built to produce the Mr. Christie’s line of cookies for the National Biscuit Company (Nabisco). In 1993, Nabisco was acquired by Kraft General Foods, which recently created Mondeléz Canada, which continues to operate the bakery. As a result of this closure, a portion of the bakery’s production line will be moved to its Montreal and East York locations.

I was deeply disappointed upon hearing this sad news. The plant has been a South Etobicoke fixture for 64 years, employing many friends and neighbours in the Etobicoke Lakeshore community,” said Councillor Mark Grimes, City Councillor for Etobicoke Lakeshore.

The plant is located on a site that is part of the Toronto Employment Lands and is zoned for industrial use. Retaining employment land and stimulating investment is important to the City’s future economic prosperity, competitiveness and long-term fiscal sustainability. To improve environmental quality by limiting urban sprawl and its ability to continue to provide high quality jobs and generate wealth is the city’s goal. Toronto’s Employment Districts currently accommodate about 30% of the city-wide employment. The entire supply of land in the City’s Employment Districts will be required to achieve the growth forecast target in Toronto’s Official Plan.

While this comes as a deep loss to the community, I am committed to doing whatever it takes to keep high-quality jobs and high-quality employers in the South Etobicoke community. In partnership with City of Toronto staff, my colleagues on Council and other levels of government, I will work to ensure that our community continues to be a leader in revitalization and a viable place to do business.

I would like to encourage members of our community to write to the Toronto Official Plan Review at to stress the importance of retaining employment land in the City. Sincerely, Mark Grimes

Since 1948, the Lakeshore Bakery has stood on this 27-acre site, employing 550 employees, many of whom are local workers. The bakery was originally


Holiday Gift Guide

The Lakeshore Villages w w w. t h e l a ke s h o r e. ca

Christmas Box of Questions Stocking Stuffer Game

Loot Lady Toys 3029 Lake Shore Blvd. W. 416.503.9108


Village Vinyl Emporium & Café 2925 Lake Shore Blvd. W. 416.809.6625

Give the Gift of Coffee & Conservation Birds & Beans Bird Friendly Coffee

Birds and Beans

Thomas Kinkade’s Memorial Winter Wonder

2413 Lake Shore Blvd. W. 416. 913.9221

Rhea Flower Shop 2872 Lake Shore Blvd. W. 416.259.6346

Obus Form Swedish Massage Cushion

Kassel’s Pharmacy 396 Royal York Road 416.251.1126

Pastries Sweet Olenka’s 2790 Lake Shore Blvd. W. 416.521.7444

Pre-Built Gingerbread House Kit Lakeshore Valu-Mart • 2399 Lake Shore Blvd. W. 416.503.3491

Cookbooks make a perfect Christmas gift!

Community Roots Books, Movies & Art Shop 2858 Lake Shore Blvd. W. 416.251.5576

FELT Bicycle

Cycle Butik 2749 Lake Shore Blvd. W. 647.258.0012

Shop Local This Holiday Season! 17

When your tax return is being reviewed… You filed your income tax long time ago in April, you paid your tax bill and even received a notice from Canada Revenue Agency (CRA) confirming your tax assessment and payment. You assume that your 2011 file is closed and go off to your regular, non-tax related activities of life. And all of a sudden you find in your mail box another letter from CRA that start as follows: “we regularly conduct review programs as an important part of the self-assessment tax system…” If you find yourself reading that letter, do not panic. This is not a full audit of your tax return, but rather a review of certain deductions or credits that you claimed. The review process is part of CRA’s routine that takes place after the returns have been processed and assessed. It starts in June and lasts until late fall. Each year CRA selects a number of most common deductions and claims for tax credits and requests supporting documents. The following claims are most commonly reviewed: - day care costs - property tax / rent paid - tuition and education amounts - charitable donations - public transit passes - medical expenses Also, if your claim for any of the above items is unusually high, for instance when you had some major dental expenses paid out of pocket, CRA will want to confirm them with your original receipts. It should be noted that such reviews are NOT more common for electronically filed returns, just because no paper documents were submitted. The letter that you received specifies which items are being reviewed and then lists documents that need to be submitted, usually within 30 days of the date of the letter. It is important that you respond within specified time period with the requested information. Otherwise, CRA will assume that you do not have appropriate supporting documents and will re-assess your return denying your claim. You may want to contact your accountant who prepared your tax return for advice on what documents to submit and how to submit them. Here are a few points to consider when submitting documents to CRA: - always make copies in case documents you send by mail get “misdirected” - consider sending documents by fax, as specified in the letter, AND obtain fax confirmation that transmission was successful - read carefully what is required, eg. if the letter asks for proof of payment for your property tax, then make sure you send either copies of cheques (front and back), bank statements showing actual payments, or statement showing “amount paid” - when submitting forms for tuition and education amounts make sure to sign them and fill out transfer to parent or spouse instruction if applicable In case you need more time to prepare your documents contact CRA and ask for extension of time. But by all means, do not ignore the letter or let it sit in your “TBD” drawer for too long. Eva Kupiec, CMA Beata Kurpiewski, CGA Principals of Professional Accounting Office at 3461 Lake Shore Blvd. W.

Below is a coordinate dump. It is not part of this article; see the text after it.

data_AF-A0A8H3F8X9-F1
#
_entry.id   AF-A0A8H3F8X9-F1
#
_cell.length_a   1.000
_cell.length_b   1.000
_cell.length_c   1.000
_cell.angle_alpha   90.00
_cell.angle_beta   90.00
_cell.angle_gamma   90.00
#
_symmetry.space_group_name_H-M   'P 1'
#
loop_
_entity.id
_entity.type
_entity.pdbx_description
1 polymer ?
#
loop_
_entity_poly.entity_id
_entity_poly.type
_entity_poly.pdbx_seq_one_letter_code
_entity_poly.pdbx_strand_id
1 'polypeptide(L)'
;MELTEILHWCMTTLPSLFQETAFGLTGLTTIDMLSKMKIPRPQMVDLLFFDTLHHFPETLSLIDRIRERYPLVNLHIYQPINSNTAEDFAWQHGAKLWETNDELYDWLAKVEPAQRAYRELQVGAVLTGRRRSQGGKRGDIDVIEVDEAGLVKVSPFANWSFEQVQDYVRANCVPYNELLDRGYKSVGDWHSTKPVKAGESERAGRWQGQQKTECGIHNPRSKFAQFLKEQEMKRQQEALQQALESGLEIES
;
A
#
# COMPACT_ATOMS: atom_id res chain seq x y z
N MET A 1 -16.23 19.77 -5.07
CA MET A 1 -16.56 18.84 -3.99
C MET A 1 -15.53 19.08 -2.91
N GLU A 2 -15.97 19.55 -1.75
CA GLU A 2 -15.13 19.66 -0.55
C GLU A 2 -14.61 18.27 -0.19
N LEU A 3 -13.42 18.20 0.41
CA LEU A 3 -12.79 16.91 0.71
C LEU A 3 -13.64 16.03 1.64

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The Lakeshore Villages  
The Lakeshore Villages  

The Lakeshore Villages Volume 5 Issue 5 December 2012/January 2013